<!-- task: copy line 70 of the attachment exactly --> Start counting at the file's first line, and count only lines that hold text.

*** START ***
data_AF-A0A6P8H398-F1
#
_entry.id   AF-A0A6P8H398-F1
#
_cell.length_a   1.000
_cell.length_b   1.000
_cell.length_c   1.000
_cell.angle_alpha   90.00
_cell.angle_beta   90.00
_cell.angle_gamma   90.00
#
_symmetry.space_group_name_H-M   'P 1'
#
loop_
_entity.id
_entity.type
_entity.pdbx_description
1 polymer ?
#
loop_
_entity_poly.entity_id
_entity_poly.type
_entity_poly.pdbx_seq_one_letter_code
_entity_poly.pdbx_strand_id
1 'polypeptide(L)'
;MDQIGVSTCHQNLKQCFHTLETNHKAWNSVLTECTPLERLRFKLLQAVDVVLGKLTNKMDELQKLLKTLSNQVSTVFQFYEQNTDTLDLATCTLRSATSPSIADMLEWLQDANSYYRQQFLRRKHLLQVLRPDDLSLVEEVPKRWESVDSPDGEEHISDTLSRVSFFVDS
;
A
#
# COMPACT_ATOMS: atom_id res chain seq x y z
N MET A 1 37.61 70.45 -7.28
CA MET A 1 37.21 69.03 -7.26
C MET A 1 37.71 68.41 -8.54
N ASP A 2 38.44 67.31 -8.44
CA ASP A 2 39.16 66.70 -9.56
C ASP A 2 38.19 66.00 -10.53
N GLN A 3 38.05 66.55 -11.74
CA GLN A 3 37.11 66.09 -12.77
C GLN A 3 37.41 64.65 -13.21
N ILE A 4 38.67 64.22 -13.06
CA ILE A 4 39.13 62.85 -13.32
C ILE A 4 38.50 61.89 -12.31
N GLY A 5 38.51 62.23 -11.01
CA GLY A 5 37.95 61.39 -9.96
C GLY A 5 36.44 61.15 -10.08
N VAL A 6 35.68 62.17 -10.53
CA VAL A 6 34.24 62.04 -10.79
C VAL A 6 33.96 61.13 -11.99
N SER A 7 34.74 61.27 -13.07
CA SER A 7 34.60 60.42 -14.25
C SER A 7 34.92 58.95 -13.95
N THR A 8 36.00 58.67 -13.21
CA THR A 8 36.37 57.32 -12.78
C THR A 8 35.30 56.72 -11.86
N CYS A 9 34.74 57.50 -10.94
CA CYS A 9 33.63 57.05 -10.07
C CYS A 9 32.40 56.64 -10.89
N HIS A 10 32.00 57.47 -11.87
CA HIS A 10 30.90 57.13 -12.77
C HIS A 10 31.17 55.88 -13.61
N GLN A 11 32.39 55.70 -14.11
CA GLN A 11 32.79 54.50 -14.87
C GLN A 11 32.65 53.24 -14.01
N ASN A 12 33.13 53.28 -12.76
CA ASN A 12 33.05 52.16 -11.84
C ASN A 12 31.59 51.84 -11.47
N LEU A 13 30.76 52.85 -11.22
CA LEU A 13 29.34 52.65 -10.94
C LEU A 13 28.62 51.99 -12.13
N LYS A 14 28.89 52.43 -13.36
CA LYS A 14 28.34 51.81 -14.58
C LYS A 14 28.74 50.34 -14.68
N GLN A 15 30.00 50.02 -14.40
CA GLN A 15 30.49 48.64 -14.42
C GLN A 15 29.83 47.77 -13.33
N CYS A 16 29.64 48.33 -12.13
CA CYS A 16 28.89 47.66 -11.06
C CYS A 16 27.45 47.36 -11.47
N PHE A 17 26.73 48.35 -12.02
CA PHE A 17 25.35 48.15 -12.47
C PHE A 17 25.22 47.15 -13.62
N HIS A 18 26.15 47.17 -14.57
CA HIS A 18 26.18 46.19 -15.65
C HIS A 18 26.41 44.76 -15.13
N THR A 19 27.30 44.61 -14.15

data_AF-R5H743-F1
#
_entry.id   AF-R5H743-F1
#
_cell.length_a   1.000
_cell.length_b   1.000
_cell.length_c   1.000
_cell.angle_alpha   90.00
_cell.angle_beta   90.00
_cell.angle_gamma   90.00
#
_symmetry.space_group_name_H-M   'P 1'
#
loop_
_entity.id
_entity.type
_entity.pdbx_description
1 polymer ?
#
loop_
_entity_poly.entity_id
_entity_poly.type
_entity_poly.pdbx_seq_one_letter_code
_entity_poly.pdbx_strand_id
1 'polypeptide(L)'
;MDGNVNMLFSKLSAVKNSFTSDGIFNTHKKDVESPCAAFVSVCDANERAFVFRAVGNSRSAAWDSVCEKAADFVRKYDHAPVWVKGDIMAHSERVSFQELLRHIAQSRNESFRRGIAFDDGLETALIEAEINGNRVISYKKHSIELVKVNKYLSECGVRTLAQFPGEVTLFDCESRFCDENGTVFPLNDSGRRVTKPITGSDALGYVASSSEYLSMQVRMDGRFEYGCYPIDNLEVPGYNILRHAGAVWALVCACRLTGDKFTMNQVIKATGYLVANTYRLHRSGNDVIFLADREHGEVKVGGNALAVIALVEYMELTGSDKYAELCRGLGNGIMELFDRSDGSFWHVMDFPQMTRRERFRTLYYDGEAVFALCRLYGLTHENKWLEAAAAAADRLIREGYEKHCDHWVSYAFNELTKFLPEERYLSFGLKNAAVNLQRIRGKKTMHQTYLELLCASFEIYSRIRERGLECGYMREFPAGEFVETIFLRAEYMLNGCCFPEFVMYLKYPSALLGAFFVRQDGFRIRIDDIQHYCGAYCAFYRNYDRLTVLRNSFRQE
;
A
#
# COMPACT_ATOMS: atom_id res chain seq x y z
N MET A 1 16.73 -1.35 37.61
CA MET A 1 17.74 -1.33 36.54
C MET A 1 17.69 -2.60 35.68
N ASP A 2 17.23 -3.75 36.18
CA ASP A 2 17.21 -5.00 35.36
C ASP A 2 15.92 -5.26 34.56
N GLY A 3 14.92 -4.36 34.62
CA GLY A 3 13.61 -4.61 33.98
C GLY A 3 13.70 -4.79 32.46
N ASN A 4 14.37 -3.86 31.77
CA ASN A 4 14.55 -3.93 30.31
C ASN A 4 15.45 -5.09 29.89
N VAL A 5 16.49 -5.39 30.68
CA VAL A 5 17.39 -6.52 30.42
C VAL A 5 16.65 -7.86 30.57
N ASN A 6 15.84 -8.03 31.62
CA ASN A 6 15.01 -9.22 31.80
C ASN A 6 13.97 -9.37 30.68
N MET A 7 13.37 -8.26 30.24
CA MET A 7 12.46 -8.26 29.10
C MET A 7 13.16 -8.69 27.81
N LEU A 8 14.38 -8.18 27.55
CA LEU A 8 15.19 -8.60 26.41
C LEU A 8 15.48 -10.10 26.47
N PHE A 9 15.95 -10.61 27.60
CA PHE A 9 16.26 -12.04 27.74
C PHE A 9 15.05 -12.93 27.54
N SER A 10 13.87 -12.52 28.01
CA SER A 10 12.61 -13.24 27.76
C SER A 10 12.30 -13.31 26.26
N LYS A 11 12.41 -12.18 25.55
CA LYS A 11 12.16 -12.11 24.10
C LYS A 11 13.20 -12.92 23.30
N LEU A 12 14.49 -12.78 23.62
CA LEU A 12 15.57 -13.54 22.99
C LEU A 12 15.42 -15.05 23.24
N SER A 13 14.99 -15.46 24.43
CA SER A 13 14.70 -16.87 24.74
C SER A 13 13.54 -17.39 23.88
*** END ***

N LYS A 14 28.89 52.43 -13.36